This past week we have been hosting a ton of kids for our Vacation Bible School. It has been so much fun and the adults and teenagers who have been working with us have been such a blessing to the little ones. Kids have such an enthusiasm, they are so full of life, and they aren’t afraid to offer their answers if you will only ask them the questions. Here are some things I’ve learned from hanging out with kids through the years.
• Noah’s wife was Joan of Ark.
• The fifth commandment is “Humor thy father and mother.”
• Lot’s wife was a pillar of salt by day and ball of fire by night.
• When Mary heard that she was the mother of Jesus she sang the Magna Carta.
• Christians have only one wife and that is called, “monotony.”
• The patron saint of travelers is Saint Francis of Seasick.
• It is often difficult to hear in church because the agnostics are so terrible.
Who said that our kids are not learning the Bible? We have some real Bible scholars in our midst and we didn’t even know it. Children are so much fun, and their faith is so inspiring to me. Our society is becoming more and more fixated on hard scientific evidence for every realm of life, rather than trusting in God like a child. This is one of the reasons why children inspire me.
Science is a great blessing from God. The discoveries of science have enabled our society to make great advances throughout the centuries, but science can never answer the critical questions of life: “Why am I here? Where did I come from? Where am I going? What will happen to me when I die?” Science is way out of its league when it attempts to tackle “life questions” because you can’t put those questions in a test tube and test them over and over again. How can science respond to the Christian belief that God has prepared a Kingdom for those who will trust in Him like a child—with complete confidence, reliance, and commitment? What empirical evidence do we have for that belief? We have no quantitative scientific documentation to reinforce or support that belief do we. For science to be convinced we must be able to set-up our belief and test it over and over again—only then can you gain the blessing of science.
On the other hand, God says, “I have prepared a home for you. Though you work and toil, struggle and sweat, and endure many hardships in life—I will give you eternal rest. Trust Me with the faith of children who are willing to believe even though their eyes have not seen. You, my child, trust Me that what I have prepared for you is beyond your highest hopes. Trust Me that when I call for you, I will welcome you into My comforting and peaceful arms.”
We are now going to take a look at a portion of Scripture that is beautiful in its setting. Jesus is sitting with dozens of parents and their little children are gathered all around Him. I love this section of Scripture for its beauty and also for its relevancy for the Church today. As I’ve studied this past week I have had no problem envisioning Jesus sitting down with a small child in His lap and saying, “Anyone who will not receive the Kingdom of God like a little child will never enter it.” I can see Jesus taking your children and my children in His arms and blessing them over and over again. Isn’t that a wonderful picture? There are some great lessons contained in this little section of Scripture we will study this morning from the Gospel of Mark. Won’t you read with me from Mark 10:13-16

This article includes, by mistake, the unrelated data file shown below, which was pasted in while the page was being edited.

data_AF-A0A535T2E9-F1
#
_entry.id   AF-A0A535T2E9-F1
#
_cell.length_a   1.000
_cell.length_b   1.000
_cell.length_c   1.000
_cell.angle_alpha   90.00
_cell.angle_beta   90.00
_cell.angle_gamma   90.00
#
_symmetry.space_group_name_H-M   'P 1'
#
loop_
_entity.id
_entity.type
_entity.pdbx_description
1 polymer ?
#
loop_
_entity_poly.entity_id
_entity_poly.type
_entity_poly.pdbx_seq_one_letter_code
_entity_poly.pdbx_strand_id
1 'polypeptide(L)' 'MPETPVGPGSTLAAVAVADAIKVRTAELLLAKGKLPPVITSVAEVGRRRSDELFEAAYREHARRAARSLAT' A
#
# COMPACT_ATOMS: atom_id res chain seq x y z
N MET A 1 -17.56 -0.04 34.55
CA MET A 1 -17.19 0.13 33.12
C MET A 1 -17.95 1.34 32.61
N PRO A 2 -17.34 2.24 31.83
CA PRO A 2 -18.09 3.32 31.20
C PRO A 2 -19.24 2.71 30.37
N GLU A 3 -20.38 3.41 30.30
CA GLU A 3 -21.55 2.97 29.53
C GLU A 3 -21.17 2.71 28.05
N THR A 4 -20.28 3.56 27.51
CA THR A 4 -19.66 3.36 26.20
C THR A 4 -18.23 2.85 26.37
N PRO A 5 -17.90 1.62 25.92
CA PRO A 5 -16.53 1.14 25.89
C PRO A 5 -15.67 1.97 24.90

13 People were bringing little children to Jesus to have him touch them, but the disciples rebuked them. 14 When Jesus saw this, he was indignant. He said to them, “Let the little children come to me, and do not hinder them, for the kingdom of God belongs to such as these. 15 I tell you the truth, anyone who will not receive the kingdom of God like a little child will never enter it.” 16 And he took the children in his arms, put his hands on them and blessed them. (Mark 10:13-16 NIV)
Jesus had gone south from Capernaum, over the mountains of Samaria and into Judea, which is the region of Judah, and then east across the Jordan River into Perea which is just north of the Dead Sea. It is here that the Pharisees tried to put Jesus to the test by asking Him about the lawfulness of divorce. Jesus’ reply focused on the sanctity of marriage and the ultimate will of God that nothing should ever destroy the family. After He silenced the Pharisees, Jesus welcomed the kids and their parents.
In verse 13 we read, “People were bringing little children to Jesus to have Him touch them, but the disciples rebuked them.” (Mark 10:13 NIV) The parents knew that they needed to get their children in touch with Jesus and they were bringing them to Him by the droves. Once they made their way to Jesus they ran into the self-appointed body guards—the disciples. Isn’t that odd? The disciples, who were closer to Jesus than anybody, who had seen Jesus care for those that nobody else cared for, who had heard Jesus speak hope to the hopeless—were now speaking harshly to the parents who wanted Jesus to bless their children. Why would they have done such a horrible thing? I can imagine that Jesus and the disciples had been traveling and speaking all day and they were tired. The kids were noisy and rambunctious, jumping over pews, talking out loud during the pastoral prayer, asking their mom for the thousandth time, “Why can’t I have some juice and a cracker, I’m hungry!” and trying to talk with their friends who were sitting three rows behind them. Plus, kids can’t understand Jesus’ sermons anyway right? We read about how the disciples rebuked the parents and we can’t imagine someone turning children away from Jesus. Before we get too proud we need to take a long hard look at ourselves. In Mark 10:14 we read,